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The Switch Blade
June 7th, 2009, 05:05 PM
How can I extract them all simultaneously?

I assume there's some easy shell script

yoda2031
June 7th, 2009, 05:11 PM
How can I extract them all simultaneously?

I assume there's some easy shell script

The bash command-line wildcard "*" when used in an argument has somewhat strange behaviour (in my opinion) but is nevertheless what you want in this case. Use the same command you'd use to extract a .fits.gz file normally (I'm not familiar with the .fits type) and use *.fits.gz to replace the name. Make sure your CWD is where the files you want to extract are, then something like "gunzip *.fits.gz" will do it.

If the 925 you want to extract are not the only .fits.gz files in the directory, you will need to find some other way of selecting just the 925 you want. More detail would be needed if you require assistance for this (ie, how are the files named?).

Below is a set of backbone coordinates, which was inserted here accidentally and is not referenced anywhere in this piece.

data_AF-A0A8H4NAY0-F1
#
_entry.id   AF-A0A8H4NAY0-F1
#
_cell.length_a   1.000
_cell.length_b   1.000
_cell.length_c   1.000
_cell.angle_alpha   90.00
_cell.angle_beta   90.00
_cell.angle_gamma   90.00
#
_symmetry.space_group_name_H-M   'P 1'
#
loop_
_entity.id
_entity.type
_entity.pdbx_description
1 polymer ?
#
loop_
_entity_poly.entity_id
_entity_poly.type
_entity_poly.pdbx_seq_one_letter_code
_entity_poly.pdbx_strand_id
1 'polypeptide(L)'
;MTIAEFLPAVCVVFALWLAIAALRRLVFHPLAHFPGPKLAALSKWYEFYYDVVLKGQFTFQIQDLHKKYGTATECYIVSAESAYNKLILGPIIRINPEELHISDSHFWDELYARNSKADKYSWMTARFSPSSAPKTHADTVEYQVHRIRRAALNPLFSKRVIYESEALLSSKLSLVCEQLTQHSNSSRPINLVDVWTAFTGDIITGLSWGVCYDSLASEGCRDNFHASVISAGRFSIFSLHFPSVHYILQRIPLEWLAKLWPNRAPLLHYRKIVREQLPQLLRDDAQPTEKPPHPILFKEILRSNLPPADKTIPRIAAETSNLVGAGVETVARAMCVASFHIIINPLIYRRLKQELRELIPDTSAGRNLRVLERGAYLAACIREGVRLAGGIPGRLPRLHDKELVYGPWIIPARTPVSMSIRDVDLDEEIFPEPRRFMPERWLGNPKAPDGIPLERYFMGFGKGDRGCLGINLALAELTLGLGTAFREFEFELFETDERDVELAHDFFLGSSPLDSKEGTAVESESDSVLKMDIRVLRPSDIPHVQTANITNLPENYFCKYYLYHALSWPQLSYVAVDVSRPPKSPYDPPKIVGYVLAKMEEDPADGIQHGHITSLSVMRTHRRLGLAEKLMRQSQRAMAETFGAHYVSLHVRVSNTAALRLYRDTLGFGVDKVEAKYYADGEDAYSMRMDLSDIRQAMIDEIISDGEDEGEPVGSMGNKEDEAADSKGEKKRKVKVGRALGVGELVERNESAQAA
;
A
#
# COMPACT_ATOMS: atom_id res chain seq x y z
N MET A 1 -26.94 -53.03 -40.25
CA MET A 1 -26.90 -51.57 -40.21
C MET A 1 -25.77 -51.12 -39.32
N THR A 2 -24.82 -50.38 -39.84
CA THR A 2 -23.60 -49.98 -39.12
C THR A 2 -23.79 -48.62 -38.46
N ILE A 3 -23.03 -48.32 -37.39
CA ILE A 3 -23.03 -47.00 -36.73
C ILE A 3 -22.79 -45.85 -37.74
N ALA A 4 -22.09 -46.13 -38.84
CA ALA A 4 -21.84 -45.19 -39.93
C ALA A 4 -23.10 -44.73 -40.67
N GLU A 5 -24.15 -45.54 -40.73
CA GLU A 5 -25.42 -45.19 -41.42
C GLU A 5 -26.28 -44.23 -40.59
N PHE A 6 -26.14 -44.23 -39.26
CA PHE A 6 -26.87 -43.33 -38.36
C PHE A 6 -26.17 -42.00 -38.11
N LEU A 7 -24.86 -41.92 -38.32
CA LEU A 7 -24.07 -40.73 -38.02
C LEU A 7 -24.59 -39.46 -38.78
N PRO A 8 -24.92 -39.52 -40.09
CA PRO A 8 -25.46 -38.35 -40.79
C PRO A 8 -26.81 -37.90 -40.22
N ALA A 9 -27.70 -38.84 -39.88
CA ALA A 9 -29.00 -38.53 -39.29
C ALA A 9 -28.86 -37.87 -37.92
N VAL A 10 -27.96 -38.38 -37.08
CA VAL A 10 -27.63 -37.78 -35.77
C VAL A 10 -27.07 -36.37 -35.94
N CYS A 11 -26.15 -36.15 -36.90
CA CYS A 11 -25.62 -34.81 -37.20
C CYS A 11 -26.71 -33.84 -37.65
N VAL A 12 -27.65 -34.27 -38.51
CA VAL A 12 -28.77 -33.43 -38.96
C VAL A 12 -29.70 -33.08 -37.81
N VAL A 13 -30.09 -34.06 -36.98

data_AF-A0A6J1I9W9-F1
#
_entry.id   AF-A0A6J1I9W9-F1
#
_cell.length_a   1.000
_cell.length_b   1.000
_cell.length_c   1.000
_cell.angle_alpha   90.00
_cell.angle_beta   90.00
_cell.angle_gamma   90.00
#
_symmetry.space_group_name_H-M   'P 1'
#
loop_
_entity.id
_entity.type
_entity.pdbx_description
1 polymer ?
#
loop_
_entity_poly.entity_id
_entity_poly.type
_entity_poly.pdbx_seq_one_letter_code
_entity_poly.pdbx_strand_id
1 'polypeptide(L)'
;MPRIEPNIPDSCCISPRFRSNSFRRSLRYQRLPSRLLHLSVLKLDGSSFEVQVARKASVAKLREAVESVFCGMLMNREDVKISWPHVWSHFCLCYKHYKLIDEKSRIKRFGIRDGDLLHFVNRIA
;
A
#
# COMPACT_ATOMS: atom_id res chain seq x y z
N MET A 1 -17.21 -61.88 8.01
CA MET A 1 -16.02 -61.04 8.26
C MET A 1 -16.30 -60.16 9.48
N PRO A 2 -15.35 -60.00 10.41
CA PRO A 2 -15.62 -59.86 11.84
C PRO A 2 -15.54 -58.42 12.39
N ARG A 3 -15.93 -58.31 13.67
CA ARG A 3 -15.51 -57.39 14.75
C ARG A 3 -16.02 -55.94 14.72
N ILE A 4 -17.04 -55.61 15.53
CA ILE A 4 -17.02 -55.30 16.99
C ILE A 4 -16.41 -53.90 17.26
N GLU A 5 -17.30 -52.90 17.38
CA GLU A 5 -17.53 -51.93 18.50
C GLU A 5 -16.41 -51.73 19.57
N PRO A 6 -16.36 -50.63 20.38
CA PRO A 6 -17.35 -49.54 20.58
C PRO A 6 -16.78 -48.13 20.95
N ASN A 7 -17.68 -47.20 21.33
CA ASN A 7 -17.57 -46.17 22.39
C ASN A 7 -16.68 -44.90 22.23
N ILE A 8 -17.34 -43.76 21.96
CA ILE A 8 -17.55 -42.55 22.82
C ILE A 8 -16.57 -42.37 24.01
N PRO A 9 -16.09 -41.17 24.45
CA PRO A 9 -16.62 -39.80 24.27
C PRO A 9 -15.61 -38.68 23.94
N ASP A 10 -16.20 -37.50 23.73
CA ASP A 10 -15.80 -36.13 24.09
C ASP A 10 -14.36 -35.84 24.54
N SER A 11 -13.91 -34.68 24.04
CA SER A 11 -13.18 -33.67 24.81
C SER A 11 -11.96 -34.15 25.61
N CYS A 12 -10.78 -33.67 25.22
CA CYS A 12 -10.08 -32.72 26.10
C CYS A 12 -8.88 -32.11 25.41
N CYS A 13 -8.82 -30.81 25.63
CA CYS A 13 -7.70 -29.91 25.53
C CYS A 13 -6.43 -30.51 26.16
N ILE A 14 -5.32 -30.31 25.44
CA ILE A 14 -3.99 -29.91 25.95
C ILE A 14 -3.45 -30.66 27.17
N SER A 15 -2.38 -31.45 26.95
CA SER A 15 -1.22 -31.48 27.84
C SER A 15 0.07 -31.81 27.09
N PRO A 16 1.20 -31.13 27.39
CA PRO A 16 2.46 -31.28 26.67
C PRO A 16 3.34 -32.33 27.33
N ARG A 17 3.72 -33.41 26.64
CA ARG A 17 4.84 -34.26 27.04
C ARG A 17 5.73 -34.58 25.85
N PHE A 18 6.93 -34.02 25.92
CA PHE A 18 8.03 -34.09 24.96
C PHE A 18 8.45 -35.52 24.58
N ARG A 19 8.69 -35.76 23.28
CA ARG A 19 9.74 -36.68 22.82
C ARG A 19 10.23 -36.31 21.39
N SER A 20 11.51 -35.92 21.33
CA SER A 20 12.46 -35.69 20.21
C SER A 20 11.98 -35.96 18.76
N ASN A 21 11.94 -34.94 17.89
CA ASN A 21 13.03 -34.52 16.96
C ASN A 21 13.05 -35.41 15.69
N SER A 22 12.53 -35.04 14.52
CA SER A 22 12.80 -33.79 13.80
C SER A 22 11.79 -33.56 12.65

ellgor
June 7th, 2009, 05:14 PM
Hi,

Install unrar and unrar-nonfree using synaptic(or your preffered app) when thats done simply click on the file and the option extract(here) will be available, hope this helps.

Regards, Ellgor.

The Switch Blade
June 7th, 2009, 05:20 PM
FITS or Flexible Image Transport System is a digital file format (http://en.wikipedia.org/wiki/File_format) used to store, transmit, and manipulate scientific and other images. FITS is the most commonly used digital file format (http://en.wikipedia.org/wiki/File_format) in astronomy (http://en.wikipedia.org/wiki/Astronomy). Unlike many image formats, FITS is designed specifically for scientific data and hence includes many provisions for describing photometric (http://en.wikipedia.org/wiki/Photometry) and spatial calibration information, together with image origin metadata.

It's 061102_*.fits.gz

so I assume I can do gunzip 061102_*.fits.gz

yoda2031
June 7th, 2009, 05:29 PM
It's 061102_*.fits.gz

so I assume I can do gunzip 061102_*.fits.gz

Thanks for the info on .fits. Yes, gunzip 061102_*.fits.gz.

As I say, make sure you're in the right directory because the * wildcard takes its completion options from the current working directory (from what I've observed). Probably goes without saying, but it's caused me a couple of minutes of confusion in the past.